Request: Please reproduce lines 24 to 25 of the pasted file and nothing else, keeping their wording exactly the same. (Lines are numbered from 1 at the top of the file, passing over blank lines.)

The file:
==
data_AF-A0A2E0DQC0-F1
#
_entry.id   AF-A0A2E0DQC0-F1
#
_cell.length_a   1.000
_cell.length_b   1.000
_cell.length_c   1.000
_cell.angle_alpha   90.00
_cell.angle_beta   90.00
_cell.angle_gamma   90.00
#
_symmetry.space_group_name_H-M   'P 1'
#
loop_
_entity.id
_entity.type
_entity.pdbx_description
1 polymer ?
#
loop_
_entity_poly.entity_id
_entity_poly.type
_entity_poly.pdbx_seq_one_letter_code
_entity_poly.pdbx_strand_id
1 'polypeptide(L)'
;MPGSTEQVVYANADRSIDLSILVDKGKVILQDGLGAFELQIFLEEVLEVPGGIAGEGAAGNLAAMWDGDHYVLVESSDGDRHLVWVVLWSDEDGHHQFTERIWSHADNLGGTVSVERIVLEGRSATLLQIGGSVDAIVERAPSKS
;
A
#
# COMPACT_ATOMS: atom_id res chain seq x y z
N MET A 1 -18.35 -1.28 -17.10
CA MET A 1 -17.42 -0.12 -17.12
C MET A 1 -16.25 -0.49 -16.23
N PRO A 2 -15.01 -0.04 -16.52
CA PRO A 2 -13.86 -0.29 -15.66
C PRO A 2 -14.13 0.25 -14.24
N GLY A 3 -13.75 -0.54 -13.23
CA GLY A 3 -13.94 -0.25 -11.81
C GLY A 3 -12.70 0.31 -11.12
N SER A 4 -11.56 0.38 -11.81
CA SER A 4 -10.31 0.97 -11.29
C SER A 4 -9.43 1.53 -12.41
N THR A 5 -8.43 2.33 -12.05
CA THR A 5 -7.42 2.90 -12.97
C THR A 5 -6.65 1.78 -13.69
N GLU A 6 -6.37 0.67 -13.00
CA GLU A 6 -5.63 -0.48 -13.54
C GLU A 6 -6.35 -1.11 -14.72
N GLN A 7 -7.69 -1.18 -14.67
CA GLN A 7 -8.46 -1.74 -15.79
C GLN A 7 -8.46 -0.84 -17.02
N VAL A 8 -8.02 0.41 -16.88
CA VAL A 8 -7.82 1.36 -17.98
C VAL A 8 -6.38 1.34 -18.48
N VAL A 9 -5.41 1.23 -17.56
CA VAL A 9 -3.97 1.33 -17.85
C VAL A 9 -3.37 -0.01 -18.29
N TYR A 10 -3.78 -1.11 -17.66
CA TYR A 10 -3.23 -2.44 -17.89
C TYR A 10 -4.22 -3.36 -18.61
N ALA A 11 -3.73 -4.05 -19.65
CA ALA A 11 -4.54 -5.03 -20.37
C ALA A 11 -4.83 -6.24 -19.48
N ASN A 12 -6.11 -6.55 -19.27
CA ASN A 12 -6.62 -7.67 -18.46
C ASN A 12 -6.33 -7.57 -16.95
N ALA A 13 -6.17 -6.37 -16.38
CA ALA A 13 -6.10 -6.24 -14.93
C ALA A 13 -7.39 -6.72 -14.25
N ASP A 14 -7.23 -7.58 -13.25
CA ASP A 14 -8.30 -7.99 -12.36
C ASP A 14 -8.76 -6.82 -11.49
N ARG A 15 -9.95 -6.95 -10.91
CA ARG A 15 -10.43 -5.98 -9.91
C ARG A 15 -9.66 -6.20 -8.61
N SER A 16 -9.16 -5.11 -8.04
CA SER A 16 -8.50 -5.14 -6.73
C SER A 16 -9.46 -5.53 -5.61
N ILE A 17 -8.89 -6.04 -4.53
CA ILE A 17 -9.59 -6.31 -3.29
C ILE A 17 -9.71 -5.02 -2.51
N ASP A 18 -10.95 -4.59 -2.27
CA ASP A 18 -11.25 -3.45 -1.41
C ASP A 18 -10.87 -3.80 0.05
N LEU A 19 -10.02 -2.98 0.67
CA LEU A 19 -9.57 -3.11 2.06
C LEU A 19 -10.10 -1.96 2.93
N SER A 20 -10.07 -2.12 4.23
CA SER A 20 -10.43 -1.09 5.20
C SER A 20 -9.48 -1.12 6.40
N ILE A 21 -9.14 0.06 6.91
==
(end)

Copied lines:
_entity_poly.pdbx_strand_id
1 'polypeptide(L)'